Hate Speech, Sex Speech, Free Speech

Overview

A powerful indictment of contemporary attacks on free speech, this book argues for a vigorous First Amendment jurisprudence protecting even offensive types of speech. In recent years, political activists, academics, and legal specialists have attacked traditional notions of free speech protection as they concern hate speech, obscenity, and pornography. They have called for changes in Supreme Court doctrine in defining the First Amendment and have argued that the traditional view of free speech actually creates ...

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Overview

A powerful indictment of contemporary attacks on free speech, this book argues for a vigorous First Amendment jurisprudence protecting even offensive types of speech. In recent years, political activists, academics, and legal specialists have attacked traditional notions of free speech protection as they concern hate speech, obscenity, and pornography. They have called for changes in Supreme Court doctrine in defining the First Amendment and have argued that the traditional view of free speech actually creates and perpetuates a society in which the weak—women, minorities, the poor—have no voice. While recognizing their fears, Nicholas Wolfson argues that it is impossible to separate bad speech from good speech without fatally compromising the uniquely American concept of free speech, and that efforts to modify our concept of free speech for a greater egalitarian good can only result in undue state influence over private speech. In a keenly argued analysis, he finds that, in the end, the preservation of free and vigorous speech requires a strong First Amendment protection for even the most hateful of speech.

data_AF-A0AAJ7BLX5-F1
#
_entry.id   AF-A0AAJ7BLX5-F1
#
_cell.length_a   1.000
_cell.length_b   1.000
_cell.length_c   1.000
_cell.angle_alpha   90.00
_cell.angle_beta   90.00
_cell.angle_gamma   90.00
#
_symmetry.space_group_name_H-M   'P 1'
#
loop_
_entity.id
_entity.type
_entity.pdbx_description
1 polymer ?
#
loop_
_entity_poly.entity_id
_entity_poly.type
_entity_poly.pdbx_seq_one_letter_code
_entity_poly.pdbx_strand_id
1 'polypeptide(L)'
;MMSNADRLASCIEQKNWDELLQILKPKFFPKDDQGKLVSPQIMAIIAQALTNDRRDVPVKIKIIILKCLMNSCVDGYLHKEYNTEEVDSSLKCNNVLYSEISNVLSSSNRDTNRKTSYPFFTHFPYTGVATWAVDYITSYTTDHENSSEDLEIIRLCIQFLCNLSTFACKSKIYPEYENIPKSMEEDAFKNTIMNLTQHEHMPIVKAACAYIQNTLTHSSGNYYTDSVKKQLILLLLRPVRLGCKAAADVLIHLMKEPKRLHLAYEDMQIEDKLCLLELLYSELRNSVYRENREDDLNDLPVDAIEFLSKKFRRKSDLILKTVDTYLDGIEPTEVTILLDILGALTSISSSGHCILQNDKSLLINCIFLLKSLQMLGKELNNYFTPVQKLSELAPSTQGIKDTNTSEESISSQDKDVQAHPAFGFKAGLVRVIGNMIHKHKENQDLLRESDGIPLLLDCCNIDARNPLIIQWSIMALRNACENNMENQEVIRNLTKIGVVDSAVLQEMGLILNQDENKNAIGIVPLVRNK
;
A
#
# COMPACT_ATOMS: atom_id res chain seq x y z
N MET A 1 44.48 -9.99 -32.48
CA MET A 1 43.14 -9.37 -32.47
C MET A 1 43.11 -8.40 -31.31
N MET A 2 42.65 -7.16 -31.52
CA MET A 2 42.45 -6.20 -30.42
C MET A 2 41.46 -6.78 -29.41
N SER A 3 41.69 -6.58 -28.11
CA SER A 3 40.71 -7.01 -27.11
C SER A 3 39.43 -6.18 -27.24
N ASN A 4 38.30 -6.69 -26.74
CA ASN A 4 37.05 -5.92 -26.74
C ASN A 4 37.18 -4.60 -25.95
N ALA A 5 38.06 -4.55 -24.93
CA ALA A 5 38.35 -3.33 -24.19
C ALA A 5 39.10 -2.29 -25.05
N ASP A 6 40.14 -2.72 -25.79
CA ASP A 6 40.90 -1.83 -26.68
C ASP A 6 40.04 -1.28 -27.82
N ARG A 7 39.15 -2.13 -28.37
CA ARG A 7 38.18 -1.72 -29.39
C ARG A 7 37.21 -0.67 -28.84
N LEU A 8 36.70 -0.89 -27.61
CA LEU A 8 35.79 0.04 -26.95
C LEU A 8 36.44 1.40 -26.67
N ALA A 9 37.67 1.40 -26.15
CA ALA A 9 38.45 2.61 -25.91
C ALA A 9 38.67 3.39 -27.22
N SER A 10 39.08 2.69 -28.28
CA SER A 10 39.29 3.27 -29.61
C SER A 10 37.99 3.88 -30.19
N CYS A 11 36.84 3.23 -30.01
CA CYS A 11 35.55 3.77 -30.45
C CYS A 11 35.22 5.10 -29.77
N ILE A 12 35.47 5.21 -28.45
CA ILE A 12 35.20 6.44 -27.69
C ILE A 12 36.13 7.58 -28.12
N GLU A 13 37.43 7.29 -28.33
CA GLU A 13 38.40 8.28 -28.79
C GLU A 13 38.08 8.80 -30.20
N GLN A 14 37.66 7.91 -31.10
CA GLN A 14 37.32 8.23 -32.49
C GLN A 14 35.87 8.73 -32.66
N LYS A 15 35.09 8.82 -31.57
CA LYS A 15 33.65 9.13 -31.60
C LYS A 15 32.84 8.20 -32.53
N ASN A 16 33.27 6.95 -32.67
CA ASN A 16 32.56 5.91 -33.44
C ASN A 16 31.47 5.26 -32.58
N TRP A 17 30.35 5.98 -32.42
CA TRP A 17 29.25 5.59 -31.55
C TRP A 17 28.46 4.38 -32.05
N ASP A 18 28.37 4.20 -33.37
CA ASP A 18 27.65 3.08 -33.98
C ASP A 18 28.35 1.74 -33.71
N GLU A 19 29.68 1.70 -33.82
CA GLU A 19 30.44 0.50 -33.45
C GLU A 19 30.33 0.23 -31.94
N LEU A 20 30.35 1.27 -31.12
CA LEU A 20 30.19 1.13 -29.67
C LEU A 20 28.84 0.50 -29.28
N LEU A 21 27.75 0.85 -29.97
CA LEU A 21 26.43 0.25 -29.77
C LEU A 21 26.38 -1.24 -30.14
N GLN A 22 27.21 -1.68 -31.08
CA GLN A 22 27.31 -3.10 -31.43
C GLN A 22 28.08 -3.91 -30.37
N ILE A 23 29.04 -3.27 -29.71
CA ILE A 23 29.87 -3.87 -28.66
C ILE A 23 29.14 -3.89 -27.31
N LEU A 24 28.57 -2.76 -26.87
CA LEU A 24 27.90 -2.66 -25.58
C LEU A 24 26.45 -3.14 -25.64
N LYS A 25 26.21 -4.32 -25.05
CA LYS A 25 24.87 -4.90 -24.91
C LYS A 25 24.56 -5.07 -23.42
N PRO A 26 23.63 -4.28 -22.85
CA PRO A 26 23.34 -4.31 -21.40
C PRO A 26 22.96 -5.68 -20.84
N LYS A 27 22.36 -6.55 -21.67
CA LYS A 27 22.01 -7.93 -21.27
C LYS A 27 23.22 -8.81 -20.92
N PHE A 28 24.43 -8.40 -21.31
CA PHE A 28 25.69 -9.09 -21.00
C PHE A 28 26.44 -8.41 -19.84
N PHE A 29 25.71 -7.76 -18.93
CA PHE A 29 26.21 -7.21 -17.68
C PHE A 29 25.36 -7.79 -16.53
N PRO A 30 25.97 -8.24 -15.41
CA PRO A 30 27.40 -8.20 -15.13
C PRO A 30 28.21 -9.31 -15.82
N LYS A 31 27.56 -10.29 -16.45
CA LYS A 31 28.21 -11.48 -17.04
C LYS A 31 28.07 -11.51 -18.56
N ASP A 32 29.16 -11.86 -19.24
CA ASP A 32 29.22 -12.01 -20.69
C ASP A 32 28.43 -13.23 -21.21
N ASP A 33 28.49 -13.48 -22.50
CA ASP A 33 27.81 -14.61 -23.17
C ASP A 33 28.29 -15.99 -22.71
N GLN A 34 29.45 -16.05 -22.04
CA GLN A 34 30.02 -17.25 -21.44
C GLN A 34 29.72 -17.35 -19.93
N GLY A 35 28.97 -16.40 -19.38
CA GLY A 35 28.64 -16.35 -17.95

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Editorial Reviews

Choice
"This volume should be required reading for all those who have been taken in by the faulty arguments of Richard Delgado, Dinesh D'Souza, Catharine MacKinnon, and their followers.... highly recommended for all academic, public, and professional collections."
Eugene Volokh
"A thoughtful, closely reasoned, and accessible defense of free speech and free inquiry-an extremely valuable contribution to the debate."
The Hartford Courant
"One of the most cogent analyses of the minefield of sensitive speech was published...in [this] book."
Booknews
Argues for a vigorous jurisprudence protecting even offensive types of speech, and claims that it is impossible to separate bad speech from good speech without fatally compromising the uniquely American concept of free speech. The author points out that truth is ascertained by a process of debate and conversation, and that even well intended editing of expressions of sex or hate may lead to censorship of a great swath of learned and sacred works. Annotation c. by Book News, Inc., Portland, Or.
Jerome O'Callaghan